There is a two-part test for determining whether your child is eligible for special education and related services: (1) your child must have a disability; and (2) as a result of the disability, your child must need special education and related services to benefit from education. To meet the first part of the two-part test for eligibility, a child between the ages of 3 through 21, except as noted, must meet the criteria for one or more of the disability categories listed below:
• Auditory Impairment (from birth);
• Deaf-Blindness (from birth);
• Emotional Disturbance;
• Intellectual Disability;
• Multiple Disabilities;
• Noncategorical Early Childhood (ages three through five);
• Orthopedic Impairment;
• Other Health Impairment;
• Specific Learning Disability;
• Speech or Language Impairment;
• Traumatic Brain Injury; or
• Visual Impairment (including blindness from birth).
The ARD committee must make the eligibility determination within 30 calendar days from the date of completion of the initial evaluation report. If the 30th day falls during the summer and school is not in session, the ARD committee has until the first day of classes in the fall to finalize decisions concerning the initial eligibility determination, the IEP, and placement; unless the initial evaluation indicates that the child will need extended school year (ESY) services during that summer.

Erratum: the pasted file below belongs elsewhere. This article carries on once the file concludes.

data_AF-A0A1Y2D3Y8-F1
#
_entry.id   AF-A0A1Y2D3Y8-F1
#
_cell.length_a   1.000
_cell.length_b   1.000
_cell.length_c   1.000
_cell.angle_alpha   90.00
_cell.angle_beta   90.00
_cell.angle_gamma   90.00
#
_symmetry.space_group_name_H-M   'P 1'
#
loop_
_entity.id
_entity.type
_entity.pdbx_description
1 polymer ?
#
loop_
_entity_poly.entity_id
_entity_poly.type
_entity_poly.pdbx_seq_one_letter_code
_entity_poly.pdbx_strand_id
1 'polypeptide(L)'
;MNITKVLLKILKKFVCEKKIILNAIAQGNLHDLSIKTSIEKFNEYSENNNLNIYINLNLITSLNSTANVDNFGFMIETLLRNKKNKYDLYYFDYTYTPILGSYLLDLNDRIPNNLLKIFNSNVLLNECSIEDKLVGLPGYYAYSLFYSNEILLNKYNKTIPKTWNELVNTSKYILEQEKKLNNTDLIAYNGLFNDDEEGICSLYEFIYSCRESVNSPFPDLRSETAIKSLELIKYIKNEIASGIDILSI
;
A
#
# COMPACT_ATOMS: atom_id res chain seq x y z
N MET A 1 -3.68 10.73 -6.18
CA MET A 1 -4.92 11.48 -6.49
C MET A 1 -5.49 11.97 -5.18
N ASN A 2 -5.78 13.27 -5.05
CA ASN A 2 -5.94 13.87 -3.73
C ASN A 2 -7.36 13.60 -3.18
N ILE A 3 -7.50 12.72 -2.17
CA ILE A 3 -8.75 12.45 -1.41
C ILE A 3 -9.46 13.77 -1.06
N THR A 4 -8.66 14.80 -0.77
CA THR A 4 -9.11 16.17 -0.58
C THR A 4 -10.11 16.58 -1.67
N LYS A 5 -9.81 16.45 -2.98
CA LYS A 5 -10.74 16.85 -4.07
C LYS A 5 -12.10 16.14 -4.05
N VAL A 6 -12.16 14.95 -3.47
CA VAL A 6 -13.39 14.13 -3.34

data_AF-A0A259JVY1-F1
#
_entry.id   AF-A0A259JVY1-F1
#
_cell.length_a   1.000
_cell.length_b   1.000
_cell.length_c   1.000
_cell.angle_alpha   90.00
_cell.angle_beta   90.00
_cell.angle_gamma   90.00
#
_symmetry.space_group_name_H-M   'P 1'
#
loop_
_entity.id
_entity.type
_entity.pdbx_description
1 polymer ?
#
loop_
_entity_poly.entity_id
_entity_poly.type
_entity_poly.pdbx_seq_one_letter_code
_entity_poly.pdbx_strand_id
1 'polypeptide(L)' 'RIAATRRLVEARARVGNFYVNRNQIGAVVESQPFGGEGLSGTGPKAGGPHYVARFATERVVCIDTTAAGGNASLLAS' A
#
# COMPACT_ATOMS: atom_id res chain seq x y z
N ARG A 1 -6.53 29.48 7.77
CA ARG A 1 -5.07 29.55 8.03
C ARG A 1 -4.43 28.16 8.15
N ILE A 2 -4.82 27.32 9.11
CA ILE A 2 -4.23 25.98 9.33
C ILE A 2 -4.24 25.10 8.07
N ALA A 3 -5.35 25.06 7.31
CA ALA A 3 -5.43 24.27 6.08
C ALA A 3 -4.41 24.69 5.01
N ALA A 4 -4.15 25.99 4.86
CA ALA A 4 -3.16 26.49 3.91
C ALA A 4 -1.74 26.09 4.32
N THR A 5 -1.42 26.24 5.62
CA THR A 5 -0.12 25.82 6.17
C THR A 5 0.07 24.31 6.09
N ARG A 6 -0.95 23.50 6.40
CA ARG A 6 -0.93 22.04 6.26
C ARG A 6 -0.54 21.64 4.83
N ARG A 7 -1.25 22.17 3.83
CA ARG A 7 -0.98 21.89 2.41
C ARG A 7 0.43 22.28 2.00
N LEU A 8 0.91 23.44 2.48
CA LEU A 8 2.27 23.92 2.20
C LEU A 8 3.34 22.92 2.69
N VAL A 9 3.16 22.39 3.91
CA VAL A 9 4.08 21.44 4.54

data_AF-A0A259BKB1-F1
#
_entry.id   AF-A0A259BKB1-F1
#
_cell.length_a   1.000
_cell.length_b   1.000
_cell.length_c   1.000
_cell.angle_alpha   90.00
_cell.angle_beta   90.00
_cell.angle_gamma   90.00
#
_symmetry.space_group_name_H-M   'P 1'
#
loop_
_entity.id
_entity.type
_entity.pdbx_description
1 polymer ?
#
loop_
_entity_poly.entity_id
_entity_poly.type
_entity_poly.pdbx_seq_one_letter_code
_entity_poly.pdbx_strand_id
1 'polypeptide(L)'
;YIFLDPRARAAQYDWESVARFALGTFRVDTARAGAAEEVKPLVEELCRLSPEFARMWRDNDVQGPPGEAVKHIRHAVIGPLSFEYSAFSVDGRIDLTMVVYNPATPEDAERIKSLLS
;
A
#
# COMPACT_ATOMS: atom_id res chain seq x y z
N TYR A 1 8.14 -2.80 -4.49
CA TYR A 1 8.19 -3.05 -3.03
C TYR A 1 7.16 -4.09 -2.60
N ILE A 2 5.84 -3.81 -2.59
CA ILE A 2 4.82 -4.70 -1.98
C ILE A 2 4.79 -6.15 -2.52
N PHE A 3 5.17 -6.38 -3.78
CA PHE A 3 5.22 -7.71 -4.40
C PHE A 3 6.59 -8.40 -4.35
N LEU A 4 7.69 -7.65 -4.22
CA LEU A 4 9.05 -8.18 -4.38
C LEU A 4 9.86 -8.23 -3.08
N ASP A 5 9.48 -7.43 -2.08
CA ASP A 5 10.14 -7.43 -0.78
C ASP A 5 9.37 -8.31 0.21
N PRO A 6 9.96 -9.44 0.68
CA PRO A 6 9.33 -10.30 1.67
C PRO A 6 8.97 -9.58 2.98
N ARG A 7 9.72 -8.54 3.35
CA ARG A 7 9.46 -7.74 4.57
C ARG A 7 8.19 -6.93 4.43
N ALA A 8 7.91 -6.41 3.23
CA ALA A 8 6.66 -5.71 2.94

If, however, the school received your consent for an initial evaluation at least 35 but less than 45 school days before the last instructional day of the school year and your child was not absent three or more days between the time you provided consent and the last instructional day (i.e., the conditions are met for receiving the evaluation report by June 30th), the ARD committee must meet not later than the 15th school day of the next school year to consider the evaluation report, unless the evaluation indicates that your child will need ESY services during that summer. If the evaluation indicates that your child needs summer ESY services, the ARD committee must meet as expeditiously as possible to consider the child’s evaluation.
Not all struggling learners are eligible for special education services. If your child’s problems are primarily from a lack of appropriate instruction in reading or math or due to the fact that your child has limited English proficiency, your child is not eligible for special education services. If the evaluation reflects that your child does not have a disability, the campus based support team may meet and recommend other services or programs in general education to help your child.
If the evaluation shows that your child has a disability, the ARD committee must then address the second part of the two-part eligibility test by deciding whether your child has a need for specially designed instruction for special education and related services to benefit from education. If your child does not have an educational need for special education services, he or she is not eligible for any such services.
If you have additional questions regarding the special education referral and evaluation process you may contact SSISD Special Programs at 903-885-6230.
The mission of the Sulphur Springs Independent School District is to provide students with the skills that will prepare them to adapt and excel in a fast-changing world, enabling them to lead productive lives. The district shares with parents and the community the responsibility of promoting high standards and expectations as we provide opportunities for all students within our diverse community to attain personal growth and to become lifelong learners.